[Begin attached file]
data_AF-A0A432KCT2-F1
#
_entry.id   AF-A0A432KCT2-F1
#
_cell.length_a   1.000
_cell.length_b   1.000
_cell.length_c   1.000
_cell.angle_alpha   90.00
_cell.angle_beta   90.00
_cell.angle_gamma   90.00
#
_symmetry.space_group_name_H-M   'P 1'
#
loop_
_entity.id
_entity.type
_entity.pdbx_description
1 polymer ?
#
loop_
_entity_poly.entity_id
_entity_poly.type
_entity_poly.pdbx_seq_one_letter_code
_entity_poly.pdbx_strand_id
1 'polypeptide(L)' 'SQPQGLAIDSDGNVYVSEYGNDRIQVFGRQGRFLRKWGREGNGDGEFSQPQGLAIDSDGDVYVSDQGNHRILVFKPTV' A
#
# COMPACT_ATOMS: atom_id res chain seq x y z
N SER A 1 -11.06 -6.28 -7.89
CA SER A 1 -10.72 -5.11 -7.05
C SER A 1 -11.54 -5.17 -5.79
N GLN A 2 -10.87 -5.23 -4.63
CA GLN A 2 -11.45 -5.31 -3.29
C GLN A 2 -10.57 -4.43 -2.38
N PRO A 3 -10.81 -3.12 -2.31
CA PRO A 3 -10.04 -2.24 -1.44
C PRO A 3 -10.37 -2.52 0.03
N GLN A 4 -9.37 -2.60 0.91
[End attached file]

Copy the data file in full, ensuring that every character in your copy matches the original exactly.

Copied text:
data_AF-A0A432KCT2-F1
#
_entry.id   AF-A0A432KCT2-F1
#
_cell.length_a   1.000
_cell.length_b   1.000
_cell.length_c   1.000
_cell.angle_alpha   90.00
_cell.angle_beta   90.00
_cell.angle_gamma   90.00
#
_symmetry.space_group_name_H-M   'P 1'
#
loop_
_entity.id
_entity.type
_entity.pdbx_description
1 polymer ?
#
loop_
_entity_poly.entity_id
_entity_poly.type
_entity_poly.pdbx_seq_one_letter_code
_entity_poly.pdbx_strand_id
1 'polypeptide(L)' 'SQPQGLAIDSDGNVYVSEYGNDRIQVFGRQGRFLRKWGREGNGDGEFSQPQGLAIDSDGDVYVSDQGNHRILVFKPTV' A
#
# COMPACT_ATOMS: atom_id res chain seq x y z
N SER A 1 -11.06 -6.28 -7.89
CA SER A 1 -10.72 -5.11 -7.05
C SER A 1 -11.54 -5.17 -5.79
N GLN A 2 -10.87 -5.23 -4.63
CA GLN A 2 -11.45 -5.31 -3.29
C GLN A 2 -10.57 -4.43 -2.38
N PRO A 3 -10.81 -3.12 -2.31
CA PRO A 3 -10.04 -2.24 -1.44
C PRO A 3 -10.37 -2.52 0.03
N GLN A 4 -9.37 -2.60 0.91